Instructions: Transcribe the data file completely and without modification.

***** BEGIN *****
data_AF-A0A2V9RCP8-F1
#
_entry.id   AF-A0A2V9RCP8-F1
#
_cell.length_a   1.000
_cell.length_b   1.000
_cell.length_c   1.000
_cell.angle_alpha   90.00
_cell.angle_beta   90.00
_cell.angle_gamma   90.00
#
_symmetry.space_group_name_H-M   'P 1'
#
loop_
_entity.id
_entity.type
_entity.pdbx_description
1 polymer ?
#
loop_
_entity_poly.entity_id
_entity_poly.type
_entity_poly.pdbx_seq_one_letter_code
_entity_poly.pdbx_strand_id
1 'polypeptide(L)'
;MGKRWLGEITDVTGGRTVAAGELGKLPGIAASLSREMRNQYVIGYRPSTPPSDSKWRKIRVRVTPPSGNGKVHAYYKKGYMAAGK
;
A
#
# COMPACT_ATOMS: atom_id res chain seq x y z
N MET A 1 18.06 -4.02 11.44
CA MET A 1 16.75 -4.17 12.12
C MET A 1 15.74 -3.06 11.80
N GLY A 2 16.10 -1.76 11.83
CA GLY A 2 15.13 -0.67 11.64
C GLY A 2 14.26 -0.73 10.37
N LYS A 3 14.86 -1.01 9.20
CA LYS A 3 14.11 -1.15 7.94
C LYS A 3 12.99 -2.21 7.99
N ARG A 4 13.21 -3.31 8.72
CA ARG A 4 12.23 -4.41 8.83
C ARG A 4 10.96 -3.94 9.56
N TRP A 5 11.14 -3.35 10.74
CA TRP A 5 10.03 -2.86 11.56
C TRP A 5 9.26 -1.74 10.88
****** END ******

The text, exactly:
data_AF-A0A2V9RCP8-F1
#
_entry.id   AF-A0A2V9RCP8-F1
#
_cell.length_a   1.000
_cell.length_b   1.000
_cell.length_c   1.000
_cell.angle_alpha   90.00
_cell.angle_beta   90.00
_cell.angle_gamma   90.00
#
_symmetry.space_group_name_H-M   'P 1'
#
loop_
_entity.id
_entity.type
_entity.pdbx_description
1 polymer ?
#
loop_
_entity_poly.entity_id
_entity_poly.type
_entity_poly.pdbx_seq_one_letter_code
_entity_poly.pdbx_strand_id
1 'polypeptide(L)'
;MGKRWLGEITDVTGGRTVAAGELGKLPGIAASLSREMRNQYVIGYRPSTPPSDSKWRKIRVRVTPPSGNGKVHAYYKKGYMAAGK
;
A
#
# COMPACT_ATOMS: atom_id res chain seq x y z
N MET A 1 18.06 -4.02 11.44
CA MET A 1 16.75 -4.17 12.12
C MET A 1 15.74 -3.06 11.80
N GLY A 2 16.10 -1.76 11.83
CA GLY A 2 15.13 -0.67 11.64
C GLY A 2 14.26 -0.73 10.37
N LYS A 3 14.86 -1.01 9.20
CA LYS A 3 14.11 -1.15 7.94
C LYS A 3 12.99 -2.21 7.99
N ARG A 4 13.21 -3.31 8.72
CA ARG A 4 12.23 -4.41 8.83
C ARG A 4 10.96 -3.94 9.56
N TRP A 5 11.14 -3.35 10.74
CA TRP A 5 10.03 -2.86 11.56
C TRP A 5 9.26 -1.74 10.88